Weather Clock

Spring Weather Week: Debunking storm myths

Original Reporting

SPARTANBURG COUNTY, S.C. (WSPA) — When severe weather threatens, it’s important to keep yourself safe.  It’s also important to know fact from fiction.

There are longstanding myths about weather that could put you in harm’s way – if you believe them.

Here are just a few:

1)  Lightning doesn’t strike twice in the same place  

The odds of being struck by lightning in a year has been estimated at about 1 in 500,000.  Personal behavior can raise or lower those odds.    

Lightning usually takes the shortest route from cloud to ground.  Tall outdoor objects, like trees, towers, or buildings, provide that path.  Lightning frequently strikes twice in the same place; that’s why protection systems can be installed for those tall objects.  

2)  Tornadoes Won’t Cross Water  

Some people don’t think a tornado will cross a river or lake.  Often, it’s because they just haven’t seen it. 

Last year alone, two tornadoes crossed parts of Lake Hartwell. 

In fact, a lack of obstacles over water means less friction, so in some cases tornadic wind speeds may increase. 

3)  Tornadoes Don’t Occur in the mountains  

We often see storms break up over the mountains.  The higher terrain can disrupt the flow of warm, moist air into storms, causing them to weaken.  But there are occasions, depending on wind direction, where the terrain causes an increase in wind flow or even assist in rotation.  As a result, while tornadoes are less frequent, they still occur in the mountains and should be taken seriously.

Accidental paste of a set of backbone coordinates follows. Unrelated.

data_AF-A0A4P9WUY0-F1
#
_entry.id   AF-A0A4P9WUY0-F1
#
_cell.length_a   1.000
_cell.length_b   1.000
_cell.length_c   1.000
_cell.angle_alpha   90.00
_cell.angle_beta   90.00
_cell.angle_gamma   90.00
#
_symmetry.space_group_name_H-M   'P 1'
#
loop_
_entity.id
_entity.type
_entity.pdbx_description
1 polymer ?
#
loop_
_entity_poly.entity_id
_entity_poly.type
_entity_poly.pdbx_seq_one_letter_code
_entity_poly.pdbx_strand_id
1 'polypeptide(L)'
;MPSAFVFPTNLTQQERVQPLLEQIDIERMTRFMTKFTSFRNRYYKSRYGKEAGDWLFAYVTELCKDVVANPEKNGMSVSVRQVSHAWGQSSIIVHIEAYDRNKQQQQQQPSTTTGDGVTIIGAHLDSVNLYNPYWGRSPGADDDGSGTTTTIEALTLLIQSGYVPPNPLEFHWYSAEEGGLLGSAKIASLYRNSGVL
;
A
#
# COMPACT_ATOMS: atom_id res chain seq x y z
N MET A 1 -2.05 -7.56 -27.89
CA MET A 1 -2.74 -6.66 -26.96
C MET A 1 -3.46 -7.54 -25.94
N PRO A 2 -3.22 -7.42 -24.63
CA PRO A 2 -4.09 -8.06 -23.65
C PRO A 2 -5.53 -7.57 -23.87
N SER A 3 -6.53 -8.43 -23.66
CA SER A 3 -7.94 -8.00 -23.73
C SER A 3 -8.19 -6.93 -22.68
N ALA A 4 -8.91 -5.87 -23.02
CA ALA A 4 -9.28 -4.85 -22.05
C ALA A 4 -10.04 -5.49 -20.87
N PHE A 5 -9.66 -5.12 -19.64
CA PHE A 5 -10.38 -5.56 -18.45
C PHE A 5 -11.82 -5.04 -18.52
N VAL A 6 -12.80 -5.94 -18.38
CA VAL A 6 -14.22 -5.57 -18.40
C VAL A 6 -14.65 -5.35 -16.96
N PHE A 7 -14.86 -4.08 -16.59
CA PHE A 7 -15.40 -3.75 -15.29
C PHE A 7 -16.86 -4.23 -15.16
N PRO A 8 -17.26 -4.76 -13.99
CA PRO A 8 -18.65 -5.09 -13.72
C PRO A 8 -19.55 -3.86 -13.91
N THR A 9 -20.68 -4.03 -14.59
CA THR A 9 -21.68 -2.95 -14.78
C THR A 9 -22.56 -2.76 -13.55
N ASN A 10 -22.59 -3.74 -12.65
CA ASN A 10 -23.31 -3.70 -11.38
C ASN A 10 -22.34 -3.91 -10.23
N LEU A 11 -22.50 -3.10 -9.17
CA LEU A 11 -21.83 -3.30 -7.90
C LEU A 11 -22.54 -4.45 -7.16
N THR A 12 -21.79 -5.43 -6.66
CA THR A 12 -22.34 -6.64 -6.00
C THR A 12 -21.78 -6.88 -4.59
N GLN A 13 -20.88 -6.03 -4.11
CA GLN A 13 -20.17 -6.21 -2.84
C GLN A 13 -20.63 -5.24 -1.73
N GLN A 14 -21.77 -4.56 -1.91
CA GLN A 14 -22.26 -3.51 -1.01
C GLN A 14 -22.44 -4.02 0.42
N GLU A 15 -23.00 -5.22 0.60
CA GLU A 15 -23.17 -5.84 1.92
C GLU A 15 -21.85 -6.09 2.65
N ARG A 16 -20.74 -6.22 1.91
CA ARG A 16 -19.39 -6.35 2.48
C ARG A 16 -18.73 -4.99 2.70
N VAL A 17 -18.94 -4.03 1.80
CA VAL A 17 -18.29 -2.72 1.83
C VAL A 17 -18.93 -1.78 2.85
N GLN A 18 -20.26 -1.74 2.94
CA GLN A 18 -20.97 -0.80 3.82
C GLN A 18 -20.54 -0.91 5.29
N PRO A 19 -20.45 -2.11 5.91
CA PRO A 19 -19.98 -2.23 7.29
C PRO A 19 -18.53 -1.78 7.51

Every county in the Carolina Mountains has had a confirmed tornado touchdown since 1950 except for Mitchell County.    

4) Flash flooding only happens near rivers and streams  

When flooding occurs, we usually think about rivers, streams, or drainage ditches.  

Too much rain in too little time can also cause water to pile up in poor drainage or low-lying areas.    

One such place is the bridge over New Cut Road near Howard Street in Spartanburg, where in 2015 a woman drowned after driving her car into deep water.

Stay away from any rising water, wherever it is.  If water over a road is too deep to see the roadway, it’s too deep to try to drive through.  Turn around, don’t drown.  

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